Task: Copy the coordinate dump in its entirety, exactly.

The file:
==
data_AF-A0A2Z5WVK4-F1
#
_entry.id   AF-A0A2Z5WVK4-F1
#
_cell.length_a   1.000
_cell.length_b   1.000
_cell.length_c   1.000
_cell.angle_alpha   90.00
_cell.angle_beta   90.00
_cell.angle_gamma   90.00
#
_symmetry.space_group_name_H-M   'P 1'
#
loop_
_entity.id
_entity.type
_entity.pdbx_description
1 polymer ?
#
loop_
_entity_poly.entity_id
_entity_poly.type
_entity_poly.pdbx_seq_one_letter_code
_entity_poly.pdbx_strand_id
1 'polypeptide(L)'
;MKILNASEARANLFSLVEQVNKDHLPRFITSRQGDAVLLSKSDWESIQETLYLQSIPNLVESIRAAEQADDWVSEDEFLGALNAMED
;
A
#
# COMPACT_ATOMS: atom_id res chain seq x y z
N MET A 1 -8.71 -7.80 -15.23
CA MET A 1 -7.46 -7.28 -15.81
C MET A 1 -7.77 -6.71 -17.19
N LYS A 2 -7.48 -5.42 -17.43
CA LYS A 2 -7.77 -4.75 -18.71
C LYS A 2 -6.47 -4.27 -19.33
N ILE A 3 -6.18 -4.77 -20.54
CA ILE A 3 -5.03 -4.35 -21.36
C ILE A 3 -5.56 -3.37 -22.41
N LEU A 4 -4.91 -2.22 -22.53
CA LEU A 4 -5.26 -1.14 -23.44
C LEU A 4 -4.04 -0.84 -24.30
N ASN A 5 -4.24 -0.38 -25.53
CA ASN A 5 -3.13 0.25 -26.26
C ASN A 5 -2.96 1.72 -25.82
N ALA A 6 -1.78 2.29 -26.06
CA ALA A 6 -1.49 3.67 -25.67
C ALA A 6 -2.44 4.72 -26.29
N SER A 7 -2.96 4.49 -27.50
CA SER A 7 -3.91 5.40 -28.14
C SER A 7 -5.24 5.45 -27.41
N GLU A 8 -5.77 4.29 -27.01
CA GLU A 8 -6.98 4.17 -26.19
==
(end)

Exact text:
data_AF-A0A2Z5WVK4-F1
#
_entry.id   AF-A0A2Z5WVK4-F1
#
_cell.length_a   1.000
_cell.length_b   1.000
_cell.length_c   1.000
_cell.angle_alpha   90.00
_cell.angle_beta   90.00
_cell.angle_gamma   90.00
#
_symmetry.space_group_name_H-M   'P 1'
#
loop_
_entity.id
_entity.type
_entity.pdbx_description
1 polymer ?
#
loop_
_entity_poly.entity_id
_entity_poly.type
_entity_poly.pdbx_seq_one_letter_code
_entity_poly.pdbx_strand_id
1 'polypeptide(L)'
;MKILNASEARANLFSLVEQVNKDHLPRFITSRQGDAVLLSKSDWESIQETLYLQSIPNLVESIRAAEQADDWVSEDEFLGALNAMED
;
A
#
# COMPACT_ATOMS: atom_id res chain seq x y z
N MET A 1 -8.71 -7.80 -15.23
CA MET A 1 -7.46 -7.28 -15.81
C MET A 1 -7.77 -6.71 -17.19
N LYS A 2 -7.48 -5.42 -17.43
CA LYS A 2 -7.77 -4.75 -18.71
C LYS A 2 -6.47 -4.27 -19.33
N ILE A 3 -6.18 -4.77 -20.54
CA ILE A 3 -5.03 -4.35 -21.36
C ILE A 3 -5.56 -3.37 -22.41
N LEU A 4 -4.91 -2.22 -22.53
CA LEU A 4 -5.26 -1.14 -23.44
C LEU A 4 -4.04 -0.84 -24.30
N ASN A 5 -4.24 -0.38 -25.53
CA ASN A 5 -3.13 0.25 -26.26
C ASN A 5 -2.96 1.72 -25.82
N ALA A 6 -1.78 2.29 -26.06
CA ALA A 6 -1.49 3.67 -25.67
C ALA A 6 -2.44 4.72 -26.29
N SER A 7 -2.96 4.49 -27.50
CA SER A 7 -3.91 5.40 -28.14
C SER A 7 -5.24 5.45 -27.41
N GLU A 8 -5.77 4.29 -27.01
CA GLU A 8 -6.98 4.17 -26.19